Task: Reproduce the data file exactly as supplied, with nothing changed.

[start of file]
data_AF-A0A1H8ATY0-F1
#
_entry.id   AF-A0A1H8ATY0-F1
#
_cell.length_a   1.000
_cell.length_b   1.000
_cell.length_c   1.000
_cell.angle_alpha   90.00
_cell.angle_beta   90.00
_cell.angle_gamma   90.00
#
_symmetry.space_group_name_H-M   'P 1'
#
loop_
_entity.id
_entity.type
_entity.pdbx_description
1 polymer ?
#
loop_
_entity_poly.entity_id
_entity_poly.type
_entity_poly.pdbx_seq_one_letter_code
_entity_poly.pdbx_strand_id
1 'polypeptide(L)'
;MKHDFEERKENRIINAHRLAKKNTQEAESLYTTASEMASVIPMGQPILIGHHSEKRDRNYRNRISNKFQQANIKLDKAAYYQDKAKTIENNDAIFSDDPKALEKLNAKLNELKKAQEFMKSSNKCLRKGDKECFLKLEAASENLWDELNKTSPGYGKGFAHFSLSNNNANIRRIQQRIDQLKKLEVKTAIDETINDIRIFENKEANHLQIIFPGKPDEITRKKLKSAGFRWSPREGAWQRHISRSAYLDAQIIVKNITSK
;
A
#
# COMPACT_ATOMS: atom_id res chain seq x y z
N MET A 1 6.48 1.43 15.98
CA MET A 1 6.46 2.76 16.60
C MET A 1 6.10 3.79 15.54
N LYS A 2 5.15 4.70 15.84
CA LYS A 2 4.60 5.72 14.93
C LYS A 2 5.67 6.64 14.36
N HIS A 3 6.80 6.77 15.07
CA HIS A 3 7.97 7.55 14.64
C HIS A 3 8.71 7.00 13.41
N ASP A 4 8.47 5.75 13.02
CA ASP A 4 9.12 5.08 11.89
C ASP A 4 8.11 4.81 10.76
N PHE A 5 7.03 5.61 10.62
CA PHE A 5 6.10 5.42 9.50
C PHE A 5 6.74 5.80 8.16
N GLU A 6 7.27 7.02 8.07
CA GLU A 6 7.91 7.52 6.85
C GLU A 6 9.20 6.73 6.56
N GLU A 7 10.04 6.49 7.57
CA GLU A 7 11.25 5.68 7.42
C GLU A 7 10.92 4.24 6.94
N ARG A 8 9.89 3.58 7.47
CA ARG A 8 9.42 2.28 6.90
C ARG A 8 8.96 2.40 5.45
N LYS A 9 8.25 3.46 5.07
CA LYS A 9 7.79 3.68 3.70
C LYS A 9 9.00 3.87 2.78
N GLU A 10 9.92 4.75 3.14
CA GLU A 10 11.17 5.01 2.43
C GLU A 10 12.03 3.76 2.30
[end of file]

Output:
data_AF-A0A1H8ATY0-F1
#
_entry.id   AF-A0A1H8ATY0-F1
#
_cell.length_a   1.000
_cell.length_b   1.000
_cell.length_c   1.000
_cell.angle_alpha   90.00
_cell.angle_beta   90.00
_cell.angle_gamma   90.00
#
_symmetry.space_group_name_H-M   'P 1'
#
loop_
_entity.id
_entity.type
_entity.pdbx_description
1 polymer ?
#
loop_
_entity_poly.entity_id
_entity_poly.type
_entity_poly.pdbx_seq_one_letter_code
_entity_poly.pdbx_strand_id
1 'polypeptide(L)'
;MKHDFEERKENRIINAHRLAKKNTQEAESLYTTASEMASVIPMGQPILIGHHSEKRDRNYRNRISNKFQQANIKLDKAAYYQDKAKTIENNDAIFSDDPKALEKLNAKLNELKKAQEFMKSSNKCLRKGDKECFLKLEAASENLWDELNKTSPGYGKGFAHFSLSNNNANIRRIQQRIDQLKKLEVKTAIDETINDIRIFENKEANHLQIIFPGKPDEITRKKLKSAGFRWSPREGAWQRHISRSAYLDAQIIVKNITSK
;
A
#
# COMPACT_ATOMS: atom_id res chain seq x y z
N MET A 1 6.48 1.43 15.98
CA MET A 1 6.46 2.76 16.60
C MET A 1 6.10 3.79 15.54
N LYS A 2 5.15 4.70 15.84
CA LYS A 2 4.60 5.72 14.93
C LYS A 2 5.67 6.64 14.36
N HIS A 3 6.80 6.77 15.07
CA HIS A 3 7.97 7.55 14.64
C HIS A 3 8.71 7.00 13.41
N ASP A 4 8.47 5.75 13.02
CA ASP A 4 9.12 5.08 11.89
C ASP A 4 8.11 4.81 10.76
N PHE A 5 7.03 5.61 10.62
CA PHE A 5 6.10 5.42 9.50
C PHE A 5 6.74 5.80 8.16
N GLU A 6 7.27 7.02 8.07
CA GLU A 6 7.91 7.52 6.85
C GLU A 6 9.20 6.73 6.56
N GLU A 7 10.04 6.49 7.57
CA GLU A 7 11.25 5.68 7.42
C GLU A 7 10.92 4.24 6.94
N ARG A 8 9.89 3.58 7.47
CA ARG A 8 9.42 2.28 6.90
C ARG A 8 8.96 2.40 5.45
N LYS A 9 8.25 3.46 5.07
CA LYS A 9 7.79 3.68 3.70
C LYS A 9 9.00 3.87 2.78
N GLU A 10 9.92 4.75 3.14
CA GLU A 10 11.17 5.01 2.43
C GLU A 10 12.03 3.76 2.30